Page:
What's the biggest secret of the super-crafty DIY bloggers? Their projects don't always turn out the way they had planned. While a failed project might make some people simply give up, failure often spurs a more creative approach — and in the end, a completed project worth bragging about.
When it came time for Jessica Flannigan of Live the Fancy Life to order curtain panels for her living room, she got creative and found an inexpensive option — or so she thought. "Our windows are huge! We need 108-inch curtains," she says on her blog. She loved the look of a set of Crate and Barrel panels, but she needed 10 panels and wasn't willing to pay that much. She decided to find a solid color that was similar and use fabric dye with inexpensive white panels. It didn't go exactly as planned, and the result? Way too yellow — and very bright!
"I was a bit frustrated that I even attempted it for a bit," she admits. "But, I learned a few things." This was her first time using iDye, and she was impressed with how well it worked. "If you are looking for super bold colors, this is the dye for you — and it was so great in the washing machine." She couldn't rescue the dyed panels, but she returned the unused panels and instead found some fabric she loved and hired a friend to sew the panels.
Ellen Mattesi of Juvenile Hall Design recalls creating a sci-fi room for a little boy while working with a small budget. She scoured Craigslist, refinished old pieces and dug through sale bins for fabrics. "One element I included were these spaceship-type tubes on the wall over the bed," she shares. "It was a cool way to imply circuitry, but keep it simple." Ellen bought foam pool noodles, cut them in half, wrapped them in two layers of material and hot-glued the coverings to the foam. "To attach it to the wall, I applied Velcro to the backs and stuck them on the wall," she says. Unfortunately, after only one day they all fell off! "The Velcro wasn't a strong enough bond… a bit embarrassing. So I had to go back to the client and use the hot glue gun to re-stick them," she adds.
Her takeaway? "If you want to create something that no one has seen before, you better believe that somewhere down the line, it just won't work — whether you are a professional or not," she says. "To me it's worth the risk of looking foolish to come up with the new ideas."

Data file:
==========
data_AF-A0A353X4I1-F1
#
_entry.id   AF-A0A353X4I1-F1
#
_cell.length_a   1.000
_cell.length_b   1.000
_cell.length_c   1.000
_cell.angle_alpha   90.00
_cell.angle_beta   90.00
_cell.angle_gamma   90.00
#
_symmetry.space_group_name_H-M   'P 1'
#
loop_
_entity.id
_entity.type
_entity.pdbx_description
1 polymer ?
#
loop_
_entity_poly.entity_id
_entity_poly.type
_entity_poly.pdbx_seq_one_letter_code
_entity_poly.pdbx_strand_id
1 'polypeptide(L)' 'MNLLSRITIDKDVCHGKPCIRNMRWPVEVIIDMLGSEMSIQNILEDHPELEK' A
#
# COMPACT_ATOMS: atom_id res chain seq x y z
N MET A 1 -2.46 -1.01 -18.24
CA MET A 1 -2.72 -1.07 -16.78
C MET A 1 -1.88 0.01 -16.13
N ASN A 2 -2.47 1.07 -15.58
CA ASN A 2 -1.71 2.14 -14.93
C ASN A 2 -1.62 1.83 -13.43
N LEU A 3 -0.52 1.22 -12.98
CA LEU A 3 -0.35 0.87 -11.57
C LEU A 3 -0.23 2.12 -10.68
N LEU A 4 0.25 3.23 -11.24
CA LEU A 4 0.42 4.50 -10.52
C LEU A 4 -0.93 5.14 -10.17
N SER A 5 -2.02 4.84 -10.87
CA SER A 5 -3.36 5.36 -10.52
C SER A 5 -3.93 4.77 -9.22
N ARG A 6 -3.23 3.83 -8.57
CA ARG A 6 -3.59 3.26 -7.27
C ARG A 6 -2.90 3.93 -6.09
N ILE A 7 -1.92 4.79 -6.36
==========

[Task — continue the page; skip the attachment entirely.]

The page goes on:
Amber Wills of Wills Casa picked up a great mid-century dresser, with plans to paint the shell white and stain the drawers. "I know how to paint furniture, but I haven't stained furniture before," she shares on her blog. Since the veneer was thin, she used a stripping gel rather than sanding the drawers. "The stripper would not all scrape off. I used mineral spirits to try and rub the stickiness away, but it only half worked." She wound up having to sand them anyway.
She applied the stain and let it cure for a full day, but it was sticky. "The guy [at the store] said it was sticky because I hadn't applied the polyurethane yet," she says. She applied a second coat — but it was still sticky. Finally, she called the stain manufacturer, who told her that the 90 percent humidity was the culprit. "The first coat wasn't dry yet, so adding the second coat sent the drawers over the edge," she says. She had to start all over. "I was frustrated (yes there were tears), but mainly I didn't want to completely ruin the dresser," she adds. "I decided to give it one more try before hiring someone." Her project was a success.
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